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Traditions and Hearthside Stories of West Cornwall, Vol. 1, by William Bottrell, [1870], at

Sarah Polgrain

There are many stories connected with the old superstition that when rash lovers make vows to be constant to each other, "living or dead," and one of the pledged dies far away from the other, the freed spirit at the appointed time traverses sea and land to fetch its affianced home to the land of shadows.

The legend of the lovers of Porthgwartha is founded on the same notion.

The most recent story we know (in which the same belief is shown to be still current) is that of Sarah Polgrain and Yorkshire Jack. The woman, who lived in Ludgvan (within the present century), was hanged for poisoning her husband, that she might make room for a horse dealer known as Yorkshire Jack. ’Tis said that the jockey was much enamoured of the woman, and that they had been for a long time criminally acquainted before he succeeded in instigating her to commit the diabolical deed.

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[paragraph continues] Jack accompanied the woman on to the scaffold, and there, standing by the beam from which the murderess was in a few minutes to be launched into eternity, the unholy pair kissed each other; and promises, confirmed by oaths, passed between them the moment before the woman was executed. ’Tis said that Jack vowed to be with her in three years. Soon after the woman's execution, Yorkshire Jack went to sea, that a roving life might dispel the gloomy thoughts caused by the remembrance of the reckless vow, carelessly made to satisfy the dying woman.

Disasters constantly followed all the ships in which this unhappy wretch sailed. Three years from the hour of the woman's death, Jack was on board a timber-ship, returning from Quebec, when, about midway across the Atlantic, a violent storm surrounded the ship; the affrighted crew saw in the lurid thunder-clouds the figure of a fiery female form and another of gigantic size, too frightful to look at! The figures stood over the ship, when the crest of a mountain-wave broke on the stern and swept the doomed man, who was then at the wheel, into the ocean. Immediately afterwards Yorkshire Jack was seen flying away to the westward, in the whirling thunder-cloud, between the figures who came in the storm, and who were no other than Sarah Polgrain and the evil spirit whose slave she had been on earth, and who was now her eternal master.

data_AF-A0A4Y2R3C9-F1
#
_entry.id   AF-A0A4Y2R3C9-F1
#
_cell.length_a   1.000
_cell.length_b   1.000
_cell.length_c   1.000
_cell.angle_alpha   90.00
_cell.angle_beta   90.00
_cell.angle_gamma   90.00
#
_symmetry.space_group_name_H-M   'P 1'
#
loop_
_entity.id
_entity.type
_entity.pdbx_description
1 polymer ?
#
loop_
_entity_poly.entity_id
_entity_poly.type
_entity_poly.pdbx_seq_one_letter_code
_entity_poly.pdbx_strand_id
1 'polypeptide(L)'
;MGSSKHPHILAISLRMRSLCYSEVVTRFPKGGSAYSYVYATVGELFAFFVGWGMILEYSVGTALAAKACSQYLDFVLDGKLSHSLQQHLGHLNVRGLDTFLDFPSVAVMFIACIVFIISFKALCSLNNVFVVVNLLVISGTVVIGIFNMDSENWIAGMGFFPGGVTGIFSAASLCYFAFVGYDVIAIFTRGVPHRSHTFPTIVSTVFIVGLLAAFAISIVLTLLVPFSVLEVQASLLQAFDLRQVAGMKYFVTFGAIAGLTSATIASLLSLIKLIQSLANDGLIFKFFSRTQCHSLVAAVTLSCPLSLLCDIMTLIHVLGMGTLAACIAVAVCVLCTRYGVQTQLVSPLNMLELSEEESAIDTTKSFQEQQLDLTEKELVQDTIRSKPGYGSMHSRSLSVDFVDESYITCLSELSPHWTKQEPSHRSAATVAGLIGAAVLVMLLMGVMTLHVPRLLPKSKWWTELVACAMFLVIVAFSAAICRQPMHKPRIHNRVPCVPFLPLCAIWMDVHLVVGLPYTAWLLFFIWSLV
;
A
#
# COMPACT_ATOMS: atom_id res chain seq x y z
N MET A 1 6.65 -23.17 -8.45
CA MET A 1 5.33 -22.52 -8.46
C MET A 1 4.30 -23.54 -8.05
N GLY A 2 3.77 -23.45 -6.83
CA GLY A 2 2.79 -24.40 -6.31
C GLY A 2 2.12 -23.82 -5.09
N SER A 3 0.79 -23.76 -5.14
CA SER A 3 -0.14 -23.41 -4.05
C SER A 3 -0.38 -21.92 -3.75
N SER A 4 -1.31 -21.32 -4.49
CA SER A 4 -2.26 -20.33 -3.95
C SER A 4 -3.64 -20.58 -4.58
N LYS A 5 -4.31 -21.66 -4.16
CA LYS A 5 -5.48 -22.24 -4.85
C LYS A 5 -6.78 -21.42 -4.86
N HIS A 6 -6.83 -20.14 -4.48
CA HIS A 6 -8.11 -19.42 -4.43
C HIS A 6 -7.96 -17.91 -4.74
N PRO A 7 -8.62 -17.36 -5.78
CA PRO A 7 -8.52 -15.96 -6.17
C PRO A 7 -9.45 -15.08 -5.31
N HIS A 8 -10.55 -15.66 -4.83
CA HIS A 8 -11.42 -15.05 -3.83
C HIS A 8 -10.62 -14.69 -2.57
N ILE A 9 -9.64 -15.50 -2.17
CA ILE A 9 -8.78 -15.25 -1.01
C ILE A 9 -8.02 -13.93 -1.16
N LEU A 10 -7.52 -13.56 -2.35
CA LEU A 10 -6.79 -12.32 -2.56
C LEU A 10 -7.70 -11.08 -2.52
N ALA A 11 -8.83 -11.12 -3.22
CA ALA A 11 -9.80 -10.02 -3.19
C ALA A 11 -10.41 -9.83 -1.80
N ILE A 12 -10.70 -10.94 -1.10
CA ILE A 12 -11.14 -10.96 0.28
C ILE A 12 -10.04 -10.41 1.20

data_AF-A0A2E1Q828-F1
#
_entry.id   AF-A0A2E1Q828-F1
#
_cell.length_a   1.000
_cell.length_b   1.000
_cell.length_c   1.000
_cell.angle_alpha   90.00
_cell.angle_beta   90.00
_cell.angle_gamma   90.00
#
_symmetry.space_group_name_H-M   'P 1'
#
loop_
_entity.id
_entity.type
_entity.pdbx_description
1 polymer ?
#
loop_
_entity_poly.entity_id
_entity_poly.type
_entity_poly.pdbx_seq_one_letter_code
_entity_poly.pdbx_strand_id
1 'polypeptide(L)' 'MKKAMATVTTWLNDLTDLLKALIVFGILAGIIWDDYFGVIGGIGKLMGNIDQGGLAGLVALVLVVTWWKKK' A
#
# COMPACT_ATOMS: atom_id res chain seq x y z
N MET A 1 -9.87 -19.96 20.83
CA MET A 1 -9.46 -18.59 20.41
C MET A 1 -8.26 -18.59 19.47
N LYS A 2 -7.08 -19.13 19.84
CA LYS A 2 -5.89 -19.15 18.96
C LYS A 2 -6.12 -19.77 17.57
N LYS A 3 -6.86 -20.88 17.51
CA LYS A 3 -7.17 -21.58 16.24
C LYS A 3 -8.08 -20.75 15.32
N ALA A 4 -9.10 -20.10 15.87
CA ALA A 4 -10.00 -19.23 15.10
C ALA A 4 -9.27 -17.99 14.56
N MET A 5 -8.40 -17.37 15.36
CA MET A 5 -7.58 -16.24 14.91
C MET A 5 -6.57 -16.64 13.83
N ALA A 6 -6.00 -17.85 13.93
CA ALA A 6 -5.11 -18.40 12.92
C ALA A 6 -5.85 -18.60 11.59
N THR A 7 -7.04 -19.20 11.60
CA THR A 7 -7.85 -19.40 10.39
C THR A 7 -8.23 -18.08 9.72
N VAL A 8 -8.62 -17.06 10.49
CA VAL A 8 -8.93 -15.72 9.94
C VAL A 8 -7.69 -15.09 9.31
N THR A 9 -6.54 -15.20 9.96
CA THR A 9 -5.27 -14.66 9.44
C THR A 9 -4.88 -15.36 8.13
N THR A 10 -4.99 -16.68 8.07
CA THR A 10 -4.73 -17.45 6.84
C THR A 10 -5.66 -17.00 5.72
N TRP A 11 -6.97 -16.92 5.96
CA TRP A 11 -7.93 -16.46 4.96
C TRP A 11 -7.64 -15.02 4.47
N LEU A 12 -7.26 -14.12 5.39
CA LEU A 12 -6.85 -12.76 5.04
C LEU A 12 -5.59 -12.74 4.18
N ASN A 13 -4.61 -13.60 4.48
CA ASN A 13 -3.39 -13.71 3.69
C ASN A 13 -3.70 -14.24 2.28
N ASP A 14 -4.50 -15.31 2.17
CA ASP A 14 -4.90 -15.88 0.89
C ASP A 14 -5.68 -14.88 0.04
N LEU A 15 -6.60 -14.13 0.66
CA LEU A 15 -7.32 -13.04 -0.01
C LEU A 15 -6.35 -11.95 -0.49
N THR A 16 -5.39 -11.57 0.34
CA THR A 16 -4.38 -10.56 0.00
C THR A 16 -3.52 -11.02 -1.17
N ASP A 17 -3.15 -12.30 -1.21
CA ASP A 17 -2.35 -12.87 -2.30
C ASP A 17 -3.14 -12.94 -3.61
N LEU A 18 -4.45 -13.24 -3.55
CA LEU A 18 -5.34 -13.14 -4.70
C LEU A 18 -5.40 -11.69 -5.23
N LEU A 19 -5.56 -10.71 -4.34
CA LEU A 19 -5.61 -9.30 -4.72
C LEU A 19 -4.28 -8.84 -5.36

From the time that this western Jonah was taken away by the lady of his love and the devil, the ship was free from all the strange disasters which were constantly occurring on board during all the time that the haunted man was one of the crew.

This story obtained much notoriety from the anxiety of Ludgvan folks to prove that Sarah Polgrain had never been baptized in the water of their renowned saint's well, which is believed to protect all children baptized therein against the hangman and his hempen cord. Their joy was unbounded when it was found that a mistake had been made about the woman's birthplace, and that she had been christened in a neighbouring parish, so that the wonderful character of the parish well obtained more wide-spread celebrity than ever, which it retains to this day.

We are aware that a similar, if not the same, story as the above, of west-country smugglers taking an Algerine pirate-ship, is told of three if not more bands belonging to the west country. It has been said that the person who caused the monument to be erected on the hill near St. Ives, was, in his youthful days, the captain of a crew who performed a similar exploit, and continued their buccaneering expeditions in the same vessel many years, and gained the treasures, by fair means or foul, that enriched some of the great folks of that place.

The same adventures have been ascribed to Morvah and St. Just men, who, landing in Genvor Cove from a ship of doubtful fame, came

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to Penrose, and gave old Justice Jones a lesson in the laws of the high seas. There is good reason to believe that the honour is due to the Buryan band, as their story is of much earlier date than either of the others: besides, it is said that a woman of Penberth, who was enciente at the time of the wreck, was so much frightened at the first sight of a black, that the child she bore resembled the negro in everything but colour, and they say that in some of the descendants of the babe, African features were seen to crop out occasionally, down to the time of people still alive.

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